TUESDAY, JANUARY 28: An Australian-made replica of the Ford GT40 cars that dominated the Le Mans 24-hour sports car race in the late 1960s will be a star attraction in the new non-competition touring class in this year's Targa Tasmania tarmac ...
TUESDAY, JANUARY 28: An Australian-made replica of the Ford GT40 cars that dominated the Le Mans 24-hour sports car race in the late 1960s will be a star attraction in the new non-competition touring class in this year's Targa Tasmania tarmac rally.
The car is known as a Roaring Forties GT40 and will be driven by Launceston insurance broker Brendan Manion in the May 13-18 Targa rally, which is owned and produced by global sports and events marketing company Octagon.
Technical features of the car, which was built in Victoria, include a 450-horsepower Ford 302 V8 engine with Motec engine management system.
"This car is capable of doing 300km/h in a straight line, but in Targa we won't be doing anything like that because the touring class is all about cruising around the course and having some fun at street-legal speeds," said Manion.
"We can enjoy being part of Targa, without actually being involved in the racing side of things and that's a fantastic opportunity which opens the event up to a lot more people."
The touring class has been added to Targa this year and is for rare and exotic cars. Entrants will drive at street legal speeds over the Temco Prologue and 22 of the 44 stages contested by the four established categories in the event - Historic (for cars from 1900-46), Touring Classic (1947-65), Classic (1900-81), and Modern (1982-2003).
Manion said a factor in his decision to enter was the fact touring class competitors did not have to fit roll cages and other safety equipment in their cars as required for vehicles the four Competition categories.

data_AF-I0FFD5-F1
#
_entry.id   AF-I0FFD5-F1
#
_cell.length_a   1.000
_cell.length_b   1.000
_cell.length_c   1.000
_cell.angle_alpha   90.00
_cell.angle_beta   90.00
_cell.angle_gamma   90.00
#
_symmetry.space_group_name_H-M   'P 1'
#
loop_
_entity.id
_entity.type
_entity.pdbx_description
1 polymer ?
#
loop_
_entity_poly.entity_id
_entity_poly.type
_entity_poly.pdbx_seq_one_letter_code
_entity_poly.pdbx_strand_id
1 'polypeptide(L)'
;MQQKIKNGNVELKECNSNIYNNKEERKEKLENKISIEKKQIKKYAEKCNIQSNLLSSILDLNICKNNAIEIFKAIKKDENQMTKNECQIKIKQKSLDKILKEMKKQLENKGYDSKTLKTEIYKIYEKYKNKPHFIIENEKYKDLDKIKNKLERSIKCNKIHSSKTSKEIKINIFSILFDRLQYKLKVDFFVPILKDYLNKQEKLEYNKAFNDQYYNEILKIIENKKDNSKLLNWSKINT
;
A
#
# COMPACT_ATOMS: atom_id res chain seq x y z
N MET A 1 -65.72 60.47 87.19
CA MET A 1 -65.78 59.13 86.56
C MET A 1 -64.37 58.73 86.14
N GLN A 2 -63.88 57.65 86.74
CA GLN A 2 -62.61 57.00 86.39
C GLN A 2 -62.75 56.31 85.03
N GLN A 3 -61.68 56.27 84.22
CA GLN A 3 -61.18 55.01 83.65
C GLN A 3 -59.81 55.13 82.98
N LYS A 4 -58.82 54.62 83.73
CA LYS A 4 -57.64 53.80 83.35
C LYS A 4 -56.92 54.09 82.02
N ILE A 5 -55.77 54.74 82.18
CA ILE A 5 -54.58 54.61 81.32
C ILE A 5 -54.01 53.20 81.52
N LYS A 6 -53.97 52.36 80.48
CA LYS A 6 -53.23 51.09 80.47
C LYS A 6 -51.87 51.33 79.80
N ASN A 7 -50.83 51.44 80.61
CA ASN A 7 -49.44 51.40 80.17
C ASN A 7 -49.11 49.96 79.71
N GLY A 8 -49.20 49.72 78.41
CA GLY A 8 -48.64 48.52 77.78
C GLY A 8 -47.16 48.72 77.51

"Obviously safety regulations are necessary for those people who are racing in Targa, but it's a lot of work and time to put roll cages and things into the car," said Manion.
"There are probably a lot of people like me who don't want to do that, and that's why it's good they've brought in the touring class because we can virtually run our cars as they are and still be part of the event."
"I think the touring class will create a lot of extra interest for spectators, both on the course and at the overnight stops, because cars like my GT40 look fantastic and there will be many others like that."
Another rare car entered in the touring class is a 1967 Ferrari 330GT, to be driven by Hobart businessman Peter Bignold.
Octagon Tasmania General Manager Rob McGuire said he was delighted with the interest being shown in the touring class.
"We've had enquiries from all over Australia, so there's obviously a lot of car enthusiasts out there who want to participate in Targa in a non-competitive way," he said
This year's rally will be the 12th annual Targa event in Tasmania since 1992, and will be contested over a total distance of 2,299km, with 464km in competitive stages.
Entries have increased to 244 in the four competitions, headed by six-times winner and 2002 Bathurst 1000 champion Jim Richards, who will race a Porsche 911 with Tasmanian navigator Barry Oliver.
Other leading entries confirmed include Tasmanians Jason White and John White, who finished third in the 2002 rally, in a turbocharged Nissan Skyline GTR, and 2001 runner-up Tony Quinn of Queensland in a Porsche 911.
Octagon is the global marketing-led sports and event marketing company. It offers worldwide expertise across all eight major sports and event marketing disciplines: athlete representation, consultancy, event management, property representation and sales, TV rights sales and distribution, TV production and archive, new media and licensing and merchandising.
Octagon is part of The Interpublic Group (NYSE:IPG), the world's largest advertising and marketing communications group. The Interpublic Group is the only marketing communications and services group with a global sports marketing capability. Octagon employs over 1,500 people in 24 countries on all major continents. For further information please visit: www.octagon.com